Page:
“How I solved it:
“Puzzle 0: I saw the QR code on the subway coming home from The Field in Central Square, where I had a meeting for drinks and website planning for my rugby team. (Note for the future: bars not conducive to web design.) ¬†I used QuickMark on my iPhone to decode it, but didn’t have signal to check the site. ¬†FYI, the code seemed to be mounted ‘upside down’ from the canonical orientation, not that it matters to the code. (Obviously the MBTA doesn’t know that.)
“Puzzle 1: Once I got to Porter Square, I pulled it up on my phone, but was not able to figure out anything further. ¬†When I got home I opened it in Firefox and viewed the source. ¬†I couldn’t find anything interesting.. there’s an h3 style definition that isn’t used, and what looks like (and is) a Google Analytics tracker.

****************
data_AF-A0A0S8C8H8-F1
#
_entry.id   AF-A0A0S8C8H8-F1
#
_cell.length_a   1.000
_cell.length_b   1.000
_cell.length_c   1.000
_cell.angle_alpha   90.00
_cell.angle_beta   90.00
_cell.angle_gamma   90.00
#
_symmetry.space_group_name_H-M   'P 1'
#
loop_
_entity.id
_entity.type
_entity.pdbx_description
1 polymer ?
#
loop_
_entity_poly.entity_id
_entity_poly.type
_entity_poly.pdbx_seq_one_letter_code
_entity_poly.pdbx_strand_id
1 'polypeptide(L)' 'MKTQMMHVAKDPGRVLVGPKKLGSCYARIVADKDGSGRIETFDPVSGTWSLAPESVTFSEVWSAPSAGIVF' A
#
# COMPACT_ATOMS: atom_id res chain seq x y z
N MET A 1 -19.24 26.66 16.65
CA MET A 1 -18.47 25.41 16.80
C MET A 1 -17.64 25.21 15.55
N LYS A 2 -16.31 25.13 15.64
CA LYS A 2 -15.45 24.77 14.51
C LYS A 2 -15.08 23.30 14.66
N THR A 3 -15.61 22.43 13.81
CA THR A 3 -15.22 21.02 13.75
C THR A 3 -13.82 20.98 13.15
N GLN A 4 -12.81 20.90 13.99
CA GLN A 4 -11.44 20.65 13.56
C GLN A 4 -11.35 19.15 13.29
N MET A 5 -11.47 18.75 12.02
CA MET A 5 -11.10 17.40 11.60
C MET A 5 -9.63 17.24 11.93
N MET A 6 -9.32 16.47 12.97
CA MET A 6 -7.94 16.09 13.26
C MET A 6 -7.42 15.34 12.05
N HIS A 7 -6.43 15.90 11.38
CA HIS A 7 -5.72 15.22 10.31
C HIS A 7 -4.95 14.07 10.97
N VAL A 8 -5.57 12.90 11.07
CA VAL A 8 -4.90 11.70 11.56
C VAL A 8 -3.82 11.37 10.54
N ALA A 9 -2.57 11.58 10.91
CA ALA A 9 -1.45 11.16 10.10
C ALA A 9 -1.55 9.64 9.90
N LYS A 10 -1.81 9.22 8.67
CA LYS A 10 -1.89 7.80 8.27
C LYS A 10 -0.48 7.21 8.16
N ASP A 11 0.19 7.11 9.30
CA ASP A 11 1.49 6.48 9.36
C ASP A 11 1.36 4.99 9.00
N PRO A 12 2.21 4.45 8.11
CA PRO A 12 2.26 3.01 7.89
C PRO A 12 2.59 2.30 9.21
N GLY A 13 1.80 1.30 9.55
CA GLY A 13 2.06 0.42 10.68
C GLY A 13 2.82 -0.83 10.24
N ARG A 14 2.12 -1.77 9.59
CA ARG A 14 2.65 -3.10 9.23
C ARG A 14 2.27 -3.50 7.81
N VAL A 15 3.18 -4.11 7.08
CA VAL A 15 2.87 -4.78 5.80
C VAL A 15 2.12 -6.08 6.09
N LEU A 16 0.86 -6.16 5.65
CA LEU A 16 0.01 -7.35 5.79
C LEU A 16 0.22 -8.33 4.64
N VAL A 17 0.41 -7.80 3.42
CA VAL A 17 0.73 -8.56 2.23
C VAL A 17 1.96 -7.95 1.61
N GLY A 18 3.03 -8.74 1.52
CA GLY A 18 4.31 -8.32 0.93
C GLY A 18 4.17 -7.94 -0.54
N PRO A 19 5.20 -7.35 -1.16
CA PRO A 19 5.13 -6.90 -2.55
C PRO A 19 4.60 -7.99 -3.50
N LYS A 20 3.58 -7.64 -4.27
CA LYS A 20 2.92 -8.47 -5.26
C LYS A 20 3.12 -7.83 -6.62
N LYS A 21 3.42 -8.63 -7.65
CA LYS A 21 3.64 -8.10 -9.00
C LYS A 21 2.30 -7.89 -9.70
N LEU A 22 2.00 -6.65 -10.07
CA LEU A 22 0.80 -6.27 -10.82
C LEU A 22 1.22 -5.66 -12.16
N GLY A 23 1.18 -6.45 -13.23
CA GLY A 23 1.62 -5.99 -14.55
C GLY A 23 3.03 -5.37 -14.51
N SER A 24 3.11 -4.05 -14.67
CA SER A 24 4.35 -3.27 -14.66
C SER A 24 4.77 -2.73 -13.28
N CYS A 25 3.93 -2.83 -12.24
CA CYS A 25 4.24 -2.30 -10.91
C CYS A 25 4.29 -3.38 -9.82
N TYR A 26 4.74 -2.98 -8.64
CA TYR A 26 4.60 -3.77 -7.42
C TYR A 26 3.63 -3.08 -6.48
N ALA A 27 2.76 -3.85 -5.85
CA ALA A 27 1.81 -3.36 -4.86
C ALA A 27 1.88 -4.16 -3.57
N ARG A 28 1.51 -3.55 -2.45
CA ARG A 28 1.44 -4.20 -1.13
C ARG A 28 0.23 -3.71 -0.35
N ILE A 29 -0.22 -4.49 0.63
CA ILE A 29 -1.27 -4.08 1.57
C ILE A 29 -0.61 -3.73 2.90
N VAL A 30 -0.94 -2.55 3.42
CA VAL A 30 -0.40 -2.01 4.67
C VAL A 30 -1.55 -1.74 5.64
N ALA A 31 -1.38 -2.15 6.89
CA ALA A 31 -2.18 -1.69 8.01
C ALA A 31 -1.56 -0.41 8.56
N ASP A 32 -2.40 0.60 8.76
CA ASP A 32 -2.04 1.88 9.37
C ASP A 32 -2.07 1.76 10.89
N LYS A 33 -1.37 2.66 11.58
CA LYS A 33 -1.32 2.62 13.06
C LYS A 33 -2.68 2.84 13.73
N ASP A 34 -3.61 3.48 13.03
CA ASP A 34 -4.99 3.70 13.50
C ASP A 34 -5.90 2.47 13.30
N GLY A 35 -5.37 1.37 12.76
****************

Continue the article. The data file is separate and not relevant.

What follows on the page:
“I was curious why my telnet attempts failed, so I used “‘curl -v’ to view the full request and headers, where I saw the X-Encode header. ¬†This base64-decoded into a URL.
“Puzzle 2: This was probably the hardest, although easy compared to the MIT Mystery Hunt (which is a good thing; some years I’ve barely been able to solve anything at all). ¬†I was pretty sure that this wasn’t a word search, and didn’t explore that route. ¬†The fact that there were 26 columns was a pretty clear indicator to me that this was a cipher of some sort, and I started with trying to use ‘WORD’ as various offsets before exploring other parts of the problem. ¬†Since the same letter appears multiple times in a row I concluded this wasn’t a substitution cipher.